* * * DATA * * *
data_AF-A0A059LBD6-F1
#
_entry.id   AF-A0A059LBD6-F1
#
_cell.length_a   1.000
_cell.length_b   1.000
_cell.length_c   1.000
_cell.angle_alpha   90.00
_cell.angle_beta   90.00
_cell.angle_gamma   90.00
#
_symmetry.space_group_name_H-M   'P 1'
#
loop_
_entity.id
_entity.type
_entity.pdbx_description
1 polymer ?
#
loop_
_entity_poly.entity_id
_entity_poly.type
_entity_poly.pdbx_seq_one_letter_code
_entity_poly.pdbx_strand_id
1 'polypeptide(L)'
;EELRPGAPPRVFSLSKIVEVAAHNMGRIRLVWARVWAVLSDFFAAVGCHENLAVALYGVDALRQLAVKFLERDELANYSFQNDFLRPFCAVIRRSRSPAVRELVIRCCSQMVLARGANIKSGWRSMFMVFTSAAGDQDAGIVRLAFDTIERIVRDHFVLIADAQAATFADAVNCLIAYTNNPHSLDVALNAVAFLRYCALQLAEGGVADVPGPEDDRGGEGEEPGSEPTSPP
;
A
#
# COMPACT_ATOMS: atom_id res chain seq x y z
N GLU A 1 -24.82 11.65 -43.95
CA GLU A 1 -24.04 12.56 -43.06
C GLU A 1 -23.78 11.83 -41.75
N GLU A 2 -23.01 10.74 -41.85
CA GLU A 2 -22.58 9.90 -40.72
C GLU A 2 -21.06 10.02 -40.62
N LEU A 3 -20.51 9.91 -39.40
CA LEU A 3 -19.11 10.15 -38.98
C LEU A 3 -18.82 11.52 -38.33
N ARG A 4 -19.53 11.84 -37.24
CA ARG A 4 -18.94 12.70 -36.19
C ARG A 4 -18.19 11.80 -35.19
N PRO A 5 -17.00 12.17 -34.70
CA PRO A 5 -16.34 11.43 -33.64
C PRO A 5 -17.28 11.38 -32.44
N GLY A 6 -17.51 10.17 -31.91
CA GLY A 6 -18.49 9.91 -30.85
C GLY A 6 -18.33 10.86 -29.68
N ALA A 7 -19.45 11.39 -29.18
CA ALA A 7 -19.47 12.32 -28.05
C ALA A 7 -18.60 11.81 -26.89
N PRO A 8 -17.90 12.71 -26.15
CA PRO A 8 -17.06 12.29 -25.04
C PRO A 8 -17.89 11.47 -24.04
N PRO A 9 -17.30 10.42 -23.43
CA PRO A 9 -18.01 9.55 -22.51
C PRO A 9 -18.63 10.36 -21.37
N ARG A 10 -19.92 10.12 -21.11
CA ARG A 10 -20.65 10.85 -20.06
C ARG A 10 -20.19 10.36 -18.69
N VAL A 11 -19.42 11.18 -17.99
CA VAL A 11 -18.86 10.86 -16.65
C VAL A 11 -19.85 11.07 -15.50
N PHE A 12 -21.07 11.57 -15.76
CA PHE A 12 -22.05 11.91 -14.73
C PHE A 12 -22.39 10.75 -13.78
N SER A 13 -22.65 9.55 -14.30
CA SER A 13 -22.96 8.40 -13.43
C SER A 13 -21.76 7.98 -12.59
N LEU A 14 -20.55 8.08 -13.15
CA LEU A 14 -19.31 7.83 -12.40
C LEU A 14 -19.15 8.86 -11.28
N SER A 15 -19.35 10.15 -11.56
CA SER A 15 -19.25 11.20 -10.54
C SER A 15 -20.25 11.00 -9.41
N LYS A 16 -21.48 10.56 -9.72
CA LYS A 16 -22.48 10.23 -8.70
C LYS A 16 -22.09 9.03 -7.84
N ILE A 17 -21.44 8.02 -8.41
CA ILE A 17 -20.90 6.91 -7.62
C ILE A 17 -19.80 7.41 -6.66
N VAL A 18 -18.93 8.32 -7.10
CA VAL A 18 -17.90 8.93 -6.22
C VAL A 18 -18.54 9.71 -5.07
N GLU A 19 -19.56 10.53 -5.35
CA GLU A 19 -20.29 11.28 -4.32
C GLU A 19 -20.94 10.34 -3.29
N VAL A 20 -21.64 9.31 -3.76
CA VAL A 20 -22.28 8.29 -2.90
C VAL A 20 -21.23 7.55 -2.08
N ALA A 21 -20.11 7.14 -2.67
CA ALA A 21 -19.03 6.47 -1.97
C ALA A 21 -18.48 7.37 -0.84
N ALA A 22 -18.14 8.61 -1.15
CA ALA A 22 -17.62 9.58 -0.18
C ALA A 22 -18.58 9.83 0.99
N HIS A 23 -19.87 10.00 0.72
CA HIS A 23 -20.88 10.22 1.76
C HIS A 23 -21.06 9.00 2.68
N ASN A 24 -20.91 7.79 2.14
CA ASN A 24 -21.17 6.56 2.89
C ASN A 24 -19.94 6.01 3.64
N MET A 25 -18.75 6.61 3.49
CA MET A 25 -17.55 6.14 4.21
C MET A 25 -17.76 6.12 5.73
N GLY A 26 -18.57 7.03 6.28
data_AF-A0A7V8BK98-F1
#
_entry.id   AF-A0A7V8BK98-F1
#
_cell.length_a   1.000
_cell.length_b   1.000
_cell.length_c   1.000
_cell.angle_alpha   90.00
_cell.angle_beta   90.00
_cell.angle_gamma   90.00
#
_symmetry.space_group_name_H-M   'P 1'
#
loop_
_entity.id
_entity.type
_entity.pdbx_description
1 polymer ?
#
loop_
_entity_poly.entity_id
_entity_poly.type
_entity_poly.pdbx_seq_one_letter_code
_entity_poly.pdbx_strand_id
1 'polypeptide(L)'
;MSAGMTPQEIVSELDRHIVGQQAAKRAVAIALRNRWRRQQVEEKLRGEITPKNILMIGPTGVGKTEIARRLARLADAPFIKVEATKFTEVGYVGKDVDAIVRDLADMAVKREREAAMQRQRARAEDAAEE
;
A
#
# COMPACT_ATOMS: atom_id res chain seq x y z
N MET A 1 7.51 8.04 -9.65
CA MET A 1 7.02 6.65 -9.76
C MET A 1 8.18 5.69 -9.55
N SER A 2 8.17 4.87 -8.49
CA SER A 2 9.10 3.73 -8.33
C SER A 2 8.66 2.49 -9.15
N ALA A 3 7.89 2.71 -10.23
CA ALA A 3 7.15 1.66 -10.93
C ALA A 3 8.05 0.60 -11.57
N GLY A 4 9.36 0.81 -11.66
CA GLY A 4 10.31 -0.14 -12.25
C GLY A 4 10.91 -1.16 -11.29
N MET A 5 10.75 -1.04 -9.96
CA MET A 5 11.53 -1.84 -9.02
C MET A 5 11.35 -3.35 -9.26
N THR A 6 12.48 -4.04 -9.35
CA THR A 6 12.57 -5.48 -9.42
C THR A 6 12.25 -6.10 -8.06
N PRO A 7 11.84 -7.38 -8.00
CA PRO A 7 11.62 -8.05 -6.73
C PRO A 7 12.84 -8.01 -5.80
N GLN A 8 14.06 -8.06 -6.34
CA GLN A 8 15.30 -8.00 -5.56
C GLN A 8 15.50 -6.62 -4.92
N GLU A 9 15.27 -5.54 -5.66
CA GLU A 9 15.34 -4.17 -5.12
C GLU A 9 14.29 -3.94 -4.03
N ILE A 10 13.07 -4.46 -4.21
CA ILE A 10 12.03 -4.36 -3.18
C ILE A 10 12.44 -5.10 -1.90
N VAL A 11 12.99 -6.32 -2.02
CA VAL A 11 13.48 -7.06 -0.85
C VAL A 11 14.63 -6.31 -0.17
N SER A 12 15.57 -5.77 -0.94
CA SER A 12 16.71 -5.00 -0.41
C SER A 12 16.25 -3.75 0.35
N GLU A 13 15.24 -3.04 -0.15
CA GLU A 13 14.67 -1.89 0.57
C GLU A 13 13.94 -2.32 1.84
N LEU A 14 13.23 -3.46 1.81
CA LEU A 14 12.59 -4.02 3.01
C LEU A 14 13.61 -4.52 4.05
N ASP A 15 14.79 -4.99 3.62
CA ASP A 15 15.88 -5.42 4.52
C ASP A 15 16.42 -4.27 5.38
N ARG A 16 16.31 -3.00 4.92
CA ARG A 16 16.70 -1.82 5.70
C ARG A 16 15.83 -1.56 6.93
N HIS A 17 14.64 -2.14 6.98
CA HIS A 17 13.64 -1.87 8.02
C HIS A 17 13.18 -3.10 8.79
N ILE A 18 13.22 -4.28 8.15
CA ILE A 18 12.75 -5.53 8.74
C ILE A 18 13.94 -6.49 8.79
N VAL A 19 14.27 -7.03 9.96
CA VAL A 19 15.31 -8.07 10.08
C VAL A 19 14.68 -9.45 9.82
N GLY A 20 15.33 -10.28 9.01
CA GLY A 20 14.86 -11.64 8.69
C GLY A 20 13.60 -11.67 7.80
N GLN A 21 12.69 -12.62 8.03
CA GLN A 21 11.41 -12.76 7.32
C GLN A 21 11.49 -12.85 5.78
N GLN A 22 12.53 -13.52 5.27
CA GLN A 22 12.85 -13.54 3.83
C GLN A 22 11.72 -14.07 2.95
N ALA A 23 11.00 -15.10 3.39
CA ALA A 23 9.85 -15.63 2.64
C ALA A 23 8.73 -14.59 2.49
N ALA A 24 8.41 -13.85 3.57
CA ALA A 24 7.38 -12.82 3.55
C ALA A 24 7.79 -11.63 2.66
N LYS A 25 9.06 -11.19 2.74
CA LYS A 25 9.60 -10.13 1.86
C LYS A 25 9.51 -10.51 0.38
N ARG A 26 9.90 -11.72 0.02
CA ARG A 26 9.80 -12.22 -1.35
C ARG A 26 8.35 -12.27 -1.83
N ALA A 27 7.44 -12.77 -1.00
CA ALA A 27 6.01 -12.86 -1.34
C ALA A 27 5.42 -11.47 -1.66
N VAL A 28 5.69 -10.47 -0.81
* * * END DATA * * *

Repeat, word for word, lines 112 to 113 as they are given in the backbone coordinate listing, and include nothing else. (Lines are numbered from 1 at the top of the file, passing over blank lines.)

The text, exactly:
_cell.length_b   1.000
_cell.length_c   1.000